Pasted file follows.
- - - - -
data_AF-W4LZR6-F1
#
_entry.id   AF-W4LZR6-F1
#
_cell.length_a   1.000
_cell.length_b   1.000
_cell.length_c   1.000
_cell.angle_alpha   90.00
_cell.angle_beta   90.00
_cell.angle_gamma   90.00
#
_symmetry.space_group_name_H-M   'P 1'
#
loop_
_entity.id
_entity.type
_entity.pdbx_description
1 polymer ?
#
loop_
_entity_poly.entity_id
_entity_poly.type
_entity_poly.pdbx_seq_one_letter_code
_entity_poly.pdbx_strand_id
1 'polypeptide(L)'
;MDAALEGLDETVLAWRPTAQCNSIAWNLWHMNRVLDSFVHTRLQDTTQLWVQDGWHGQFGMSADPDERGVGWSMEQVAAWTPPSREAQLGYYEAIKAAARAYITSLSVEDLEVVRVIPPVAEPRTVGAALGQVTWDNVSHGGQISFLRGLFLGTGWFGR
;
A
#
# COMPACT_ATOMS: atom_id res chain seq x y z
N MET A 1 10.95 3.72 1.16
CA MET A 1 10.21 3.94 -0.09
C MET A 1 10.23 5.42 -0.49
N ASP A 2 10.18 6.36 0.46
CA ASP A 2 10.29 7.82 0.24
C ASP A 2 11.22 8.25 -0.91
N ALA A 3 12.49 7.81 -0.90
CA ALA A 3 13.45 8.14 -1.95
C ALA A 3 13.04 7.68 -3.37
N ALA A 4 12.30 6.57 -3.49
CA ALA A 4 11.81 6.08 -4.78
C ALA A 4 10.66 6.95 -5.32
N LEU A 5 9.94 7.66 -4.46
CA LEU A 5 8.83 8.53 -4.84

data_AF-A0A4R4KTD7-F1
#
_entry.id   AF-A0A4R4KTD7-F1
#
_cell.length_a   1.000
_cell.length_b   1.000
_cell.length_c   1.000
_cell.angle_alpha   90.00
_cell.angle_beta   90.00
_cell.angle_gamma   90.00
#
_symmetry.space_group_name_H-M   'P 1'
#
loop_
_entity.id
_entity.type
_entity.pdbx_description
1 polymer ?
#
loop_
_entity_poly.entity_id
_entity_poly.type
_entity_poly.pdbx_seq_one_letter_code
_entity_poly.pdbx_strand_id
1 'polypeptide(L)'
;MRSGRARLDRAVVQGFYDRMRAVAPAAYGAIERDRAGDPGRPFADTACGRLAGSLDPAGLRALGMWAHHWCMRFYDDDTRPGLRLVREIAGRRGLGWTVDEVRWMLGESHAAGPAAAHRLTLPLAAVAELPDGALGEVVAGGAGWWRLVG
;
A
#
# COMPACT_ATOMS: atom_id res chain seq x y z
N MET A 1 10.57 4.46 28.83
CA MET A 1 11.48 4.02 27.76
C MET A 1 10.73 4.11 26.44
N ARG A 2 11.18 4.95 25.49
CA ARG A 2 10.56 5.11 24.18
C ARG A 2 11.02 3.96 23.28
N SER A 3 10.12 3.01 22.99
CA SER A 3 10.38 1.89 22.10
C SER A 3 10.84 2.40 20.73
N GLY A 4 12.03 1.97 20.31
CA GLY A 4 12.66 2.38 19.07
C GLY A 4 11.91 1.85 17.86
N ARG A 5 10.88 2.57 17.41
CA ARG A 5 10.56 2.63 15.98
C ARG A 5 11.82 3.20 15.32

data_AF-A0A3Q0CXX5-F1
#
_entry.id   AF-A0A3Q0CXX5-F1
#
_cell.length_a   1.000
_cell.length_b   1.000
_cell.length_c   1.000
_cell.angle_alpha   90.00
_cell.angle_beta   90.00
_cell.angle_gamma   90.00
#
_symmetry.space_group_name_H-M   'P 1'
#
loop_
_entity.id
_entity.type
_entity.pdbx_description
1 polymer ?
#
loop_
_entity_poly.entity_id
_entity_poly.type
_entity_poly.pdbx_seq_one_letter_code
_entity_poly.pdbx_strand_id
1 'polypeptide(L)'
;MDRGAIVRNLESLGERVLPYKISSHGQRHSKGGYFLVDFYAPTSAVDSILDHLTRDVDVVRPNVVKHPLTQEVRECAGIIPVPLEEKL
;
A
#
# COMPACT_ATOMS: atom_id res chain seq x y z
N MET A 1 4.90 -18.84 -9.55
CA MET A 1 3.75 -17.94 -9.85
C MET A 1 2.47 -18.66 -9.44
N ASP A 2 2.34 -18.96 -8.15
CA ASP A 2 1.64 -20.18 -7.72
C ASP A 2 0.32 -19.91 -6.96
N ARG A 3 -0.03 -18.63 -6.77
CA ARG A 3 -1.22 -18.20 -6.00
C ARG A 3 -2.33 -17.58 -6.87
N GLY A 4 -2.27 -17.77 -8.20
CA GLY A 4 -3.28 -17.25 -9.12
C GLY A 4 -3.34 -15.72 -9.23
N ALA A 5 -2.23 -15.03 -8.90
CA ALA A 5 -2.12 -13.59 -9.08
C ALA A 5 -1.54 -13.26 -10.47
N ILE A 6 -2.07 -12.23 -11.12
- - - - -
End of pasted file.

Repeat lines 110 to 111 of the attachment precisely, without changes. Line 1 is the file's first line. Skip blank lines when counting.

_entity_poly.entity_id
_entity_poly.type